Getting down to the business of building websites with CSS (Cascading Style Sheets) is something that I’ve been playing with for years. Until lately I’ve only toyed with the process because I didn’t want to deal with the hassle of making sure that my clients wouldn’t have a problem viewing the site. The last thing I wanted to do is spend time building out a site, just to realize that my web illiterate client was still using Netscape 3.0 and was unable to view the site. The client would then conclude that I have no idea how to build a website and it would end up doing more harm than good and probably causing me to spend 10 times more time dealing with the clients project.
That said, the time has officially come for everyone to take the CSS leap. CSS will soon be the standard as the old school HTML code and processes are slowly phased out. CSS is strongly supported in most recently released browsers and the true reasons for using CSS have finally been realized. (Reduced code, greater control of your design and code, etc.)
I started out my latest journey back into the world of CSS with Sitepoints great book HTML Utopia: Designing Without Tables Using CSS. I found it to be a good intro to CSS and the process of building sites without the massive and complicated code needed when coding and developing websites with HTML tables. I found it equally good as an ongoing reference due to the fact that 1/3 of the book is just simple documentation of CSS tags and what they’re used for.
Sitepoints latest offering is an equally good book. It’s not one that I would recommend as a beginner book though. The sole purpose of this offering is for the user to refer to this book as a reference. I actually took the time to read a good portion of the book but I wouldn’t suggest this method. Once you have a firm understanding of CSS and have done some actual CSS coding, this book (combined with other good basic references) will act as an ongoing crutch when you need help or inspiration. Simply reading through the table of contents and file away the information for future reference and time saving techniques. Then when you get stuck or have time to implement a new trick based on the nine broad categories of the book you can just pull out the book and follow the step by step instructions. Better yet, the book has a downloadable code archive that you can keep on hand, modify the code to your liking and use when needed.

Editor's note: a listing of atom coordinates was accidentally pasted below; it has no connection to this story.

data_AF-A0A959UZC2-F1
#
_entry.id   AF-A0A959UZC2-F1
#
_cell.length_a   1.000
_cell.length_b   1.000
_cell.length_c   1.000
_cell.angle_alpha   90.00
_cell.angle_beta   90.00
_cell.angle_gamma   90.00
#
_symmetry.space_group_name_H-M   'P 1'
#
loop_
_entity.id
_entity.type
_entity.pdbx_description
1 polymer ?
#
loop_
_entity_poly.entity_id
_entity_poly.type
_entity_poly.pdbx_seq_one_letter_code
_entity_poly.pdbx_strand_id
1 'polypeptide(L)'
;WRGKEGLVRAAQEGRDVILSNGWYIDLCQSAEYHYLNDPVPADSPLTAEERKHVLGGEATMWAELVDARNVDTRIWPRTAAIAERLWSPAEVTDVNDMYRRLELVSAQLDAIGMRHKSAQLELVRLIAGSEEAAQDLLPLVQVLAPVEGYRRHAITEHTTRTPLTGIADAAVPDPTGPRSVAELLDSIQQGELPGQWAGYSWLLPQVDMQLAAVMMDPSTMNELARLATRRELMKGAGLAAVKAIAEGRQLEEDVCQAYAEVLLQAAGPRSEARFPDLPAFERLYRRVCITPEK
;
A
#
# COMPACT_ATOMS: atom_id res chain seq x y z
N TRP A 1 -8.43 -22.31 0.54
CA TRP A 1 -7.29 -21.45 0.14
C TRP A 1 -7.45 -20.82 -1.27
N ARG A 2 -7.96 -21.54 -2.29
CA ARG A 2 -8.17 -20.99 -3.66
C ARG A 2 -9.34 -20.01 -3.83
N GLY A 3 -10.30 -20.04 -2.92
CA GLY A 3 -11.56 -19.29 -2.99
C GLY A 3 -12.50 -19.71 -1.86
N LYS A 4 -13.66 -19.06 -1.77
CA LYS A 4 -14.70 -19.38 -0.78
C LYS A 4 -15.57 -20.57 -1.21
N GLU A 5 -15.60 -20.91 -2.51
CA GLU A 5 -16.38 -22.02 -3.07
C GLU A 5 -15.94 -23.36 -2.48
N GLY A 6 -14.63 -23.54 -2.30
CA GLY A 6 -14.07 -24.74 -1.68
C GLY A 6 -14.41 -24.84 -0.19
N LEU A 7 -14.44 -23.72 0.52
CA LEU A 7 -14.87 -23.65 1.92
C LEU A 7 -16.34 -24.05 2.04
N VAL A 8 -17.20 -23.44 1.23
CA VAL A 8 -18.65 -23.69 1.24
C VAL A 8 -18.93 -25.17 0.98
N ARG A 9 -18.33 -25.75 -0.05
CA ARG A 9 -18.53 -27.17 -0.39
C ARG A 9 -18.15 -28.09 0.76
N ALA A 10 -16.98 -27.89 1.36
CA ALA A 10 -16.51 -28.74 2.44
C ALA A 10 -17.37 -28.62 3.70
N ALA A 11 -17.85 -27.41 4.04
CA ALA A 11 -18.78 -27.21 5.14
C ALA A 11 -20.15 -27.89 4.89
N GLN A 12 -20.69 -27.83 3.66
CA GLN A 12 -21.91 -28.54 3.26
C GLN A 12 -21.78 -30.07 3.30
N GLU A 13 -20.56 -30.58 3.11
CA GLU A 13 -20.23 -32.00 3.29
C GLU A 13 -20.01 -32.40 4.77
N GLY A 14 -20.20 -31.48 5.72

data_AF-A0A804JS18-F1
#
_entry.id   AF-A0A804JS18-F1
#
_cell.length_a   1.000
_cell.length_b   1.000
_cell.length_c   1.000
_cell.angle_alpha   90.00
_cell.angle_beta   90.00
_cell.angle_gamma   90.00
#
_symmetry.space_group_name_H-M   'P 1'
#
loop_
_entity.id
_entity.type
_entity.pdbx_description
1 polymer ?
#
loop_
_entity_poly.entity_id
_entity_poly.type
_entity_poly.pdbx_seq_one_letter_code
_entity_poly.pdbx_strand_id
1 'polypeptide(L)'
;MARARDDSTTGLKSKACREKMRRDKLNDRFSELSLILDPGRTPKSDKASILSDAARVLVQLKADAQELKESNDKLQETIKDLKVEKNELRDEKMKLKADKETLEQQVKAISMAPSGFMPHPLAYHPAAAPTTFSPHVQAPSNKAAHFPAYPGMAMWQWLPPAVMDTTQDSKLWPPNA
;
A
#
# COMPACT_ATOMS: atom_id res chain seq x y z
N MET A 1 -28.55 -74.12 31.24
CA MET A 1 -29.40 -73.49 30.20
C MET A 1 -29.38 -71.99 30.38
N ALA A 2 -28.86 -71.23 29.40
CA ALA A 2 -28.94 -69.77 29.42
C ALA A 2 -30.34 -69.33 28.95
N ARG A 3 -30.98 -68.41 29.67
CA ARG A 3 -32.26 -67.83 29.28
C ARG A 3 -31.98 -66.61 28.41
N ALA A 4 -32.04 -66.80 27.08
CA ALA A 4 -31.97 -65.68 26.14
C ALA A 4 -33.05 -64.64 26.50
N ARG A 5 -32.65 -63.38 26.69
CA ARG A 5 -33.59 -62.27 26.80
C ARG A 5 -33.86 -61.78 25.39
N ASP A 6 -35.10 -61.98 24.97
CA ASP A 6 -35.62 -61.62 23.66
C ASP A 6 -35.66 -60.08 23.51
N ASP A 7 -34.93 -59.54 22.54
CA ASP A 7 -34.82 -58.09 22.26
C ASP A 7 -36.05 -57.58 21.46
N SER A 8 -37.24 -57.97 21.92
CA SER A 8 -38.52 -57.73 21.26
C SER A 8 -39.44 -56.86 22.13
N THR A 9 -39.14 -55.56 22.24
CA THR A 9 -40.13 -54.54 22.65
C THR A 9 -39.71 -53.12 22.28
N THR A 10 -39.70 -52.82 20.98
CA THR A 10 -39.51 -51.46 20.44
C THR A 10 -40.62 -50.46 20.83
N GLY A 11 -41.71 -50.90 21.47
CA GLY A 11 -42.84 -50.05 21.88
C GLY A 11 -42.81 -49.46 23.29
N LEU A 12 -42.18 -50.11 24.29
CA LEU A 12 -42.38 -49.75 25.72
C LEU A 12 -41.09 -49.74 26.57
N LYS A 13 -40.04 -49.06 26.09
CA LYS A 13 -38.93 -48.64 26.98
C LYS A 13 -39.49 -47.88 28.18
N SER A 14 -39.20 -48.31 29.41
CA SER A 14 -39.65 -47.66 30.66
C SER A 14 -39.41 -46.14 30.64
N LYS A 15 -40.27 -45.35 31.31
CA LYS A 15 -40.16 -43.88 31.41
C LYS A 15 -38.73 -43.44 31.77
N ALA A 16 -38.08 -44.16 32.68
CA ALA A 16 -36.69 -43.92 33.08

The book covers such CSS categories as Text styling, positioning images, navigation tricks, dealing with tabular data, building forms and user interfaces, and experimentation and future techniques among many other things.
I would recommend this book highly to web designers and developers interested in picking up a great reference to keep on hand for ongoing reference. I know it will be sitting next to my desk along with my other Sitepoint books for a long time.
While you’re at it check out the Sitepoint website too. It’s a great reference for learning and support for beginner or advanced developers. It’s Highly recommended and I go there daily. Enjoy!
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